Lastly, I also had to import an extra data source in QlikView to display the data in a map extension. However, in Qlik Sense, there are on-the-fly geo-coding capabilities built in, so it doesn’t rely on developers loading their own set of shape files.
As well as time, when looking at the data visualisation test, it’s hard to forget the amount of clicking I had to do:
The greatest difference between QlikView and Qlik Sense is in the creation of data visualisations. QlikView is menu-driven, with every option you could want but takes time to get the most basic visualisations setup into an acceptable and consistent format. Qlik Sense is field driven, with the Cognitive Engine assisting users to build visually appealing charts within a couple of clicks. The Cognitive Engine removes the burden of choosing the right visualisation, but still gives the user the ability to override its initial choice with previews of the other available chart types just a click away– this helps the user ‘fail fast’ without failing at all.
Other factors that contributed to this result were the absence of map and KPI objects in QlikView. This means developers will have to add a map extension and these can only be utilised and configured in the web view and having to compromise with the text object respectfully. Other things Qlik Sense manages, without input from the end-user include:
– Responsive layout. In QlikView, this is one of the most important design considerations and can require time and meetings to discuss what is most appropriate.
– Auto-saving. This is a property you must configure in QlikView.
– Script logs can still be accessed after closing the reload progress window in Qlik Sense. However, it’s another property in QlikView that needs to be enabled. Also, with QlikView the log file is stored externally to the app– clunky!
– Snap to grid – In QlikView, you will need to enable the Design Grid property.
– Master items. These do not exist in QlikView, but you do have Variables. Unfortunately, these again are a clunky method for reusing expressions. This is because they are not drag and drop like master items. Variables have a purpose, like in Qlik Sense, but promoting self-service visualisation is not one of them.
– Even things like Alternate Values are disabled by default in QlikView. Alternative values are the light grey values in Qlik Sense or yellow values in QlikView.
As you may have gathered, QlikView is very customisable but you’ll spend a lot of time configuring the endless properties to suit your needs. Of course, once you have created an application/object you can copy it, which saves you from starting from scratch each time. However, with Qlik Sense it’s more plug and play – fewer options and fewer menus to navigate through. Therefore, you will see a quicker return on investment and it keeps the user focused on what matters – the data, and not menial properties that have no impact on the output.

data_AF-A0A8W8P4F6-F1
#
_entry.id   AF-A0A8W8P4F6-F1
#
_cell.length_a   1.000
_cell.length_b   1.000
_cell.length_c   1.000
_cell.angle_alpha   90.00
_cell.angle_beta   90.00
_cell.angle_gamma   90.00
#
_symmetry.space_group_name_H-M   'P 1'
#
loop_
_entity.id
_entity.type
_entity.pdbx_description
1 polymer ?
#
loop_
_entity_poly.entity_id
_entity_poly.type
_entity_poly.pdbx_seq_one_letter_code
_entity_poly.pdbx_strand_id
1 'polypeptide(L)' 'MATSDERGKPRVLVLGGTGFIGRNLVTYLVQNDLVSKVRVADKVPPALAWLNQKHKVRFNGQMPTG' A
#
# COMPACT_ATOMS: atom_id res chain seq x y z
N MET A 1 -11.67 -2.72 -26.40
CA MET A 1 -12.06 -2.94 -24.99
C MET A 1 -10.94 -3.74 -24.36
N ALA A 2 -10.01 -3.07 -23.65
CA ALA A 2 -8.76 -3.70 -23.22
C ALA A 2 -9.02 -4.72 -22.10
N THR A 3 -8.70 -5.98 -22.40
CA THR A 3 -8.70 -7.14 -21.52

Speaking of output, let’s see the QlikView equivalent, and remember not to judge me as this had to be replicated as quickly as possible:
While QlikView benefits from the Associative Engine, which instantly makes it superior to any query-based tool on the market. I spent an extra 39 minutes and 30 seconds, I performed an additional 358 clicks and hit a further 457 keystrokes and the output is not in the same league as Qlik Sense. It screams Windows 95 but we’re in 2018!
To conclude, QlikView’s greatest strength is also it’s biggest weakness. Yes, it has a property for everything, but should it? I have come across many poorly designed QlikView dashboards, and others which would be a nightmare to maintain due to properties like conditional show. Qlik Sense provides a governed environment, from standardising measure expressions with Master Measures through to recommended visualisations. For this reason, Qlik Sense prevents users from making poor design choices, but do not describe it as limiting – if you really want to display a pie chart, it will let you, and it won’t judge you for it.
So, if you have QlikView, why not take advantage of the new dual-licence which entitles existing QlikView customers to the equivalent licences in Qlik Sense with a small uplift your maintenance. This is a fantastic way to gain access to all the benefits of Qlik Sense without having to migrate overnight. If you think that could apply to you, why not get in touch to find out more?
By Christopher Lofthouse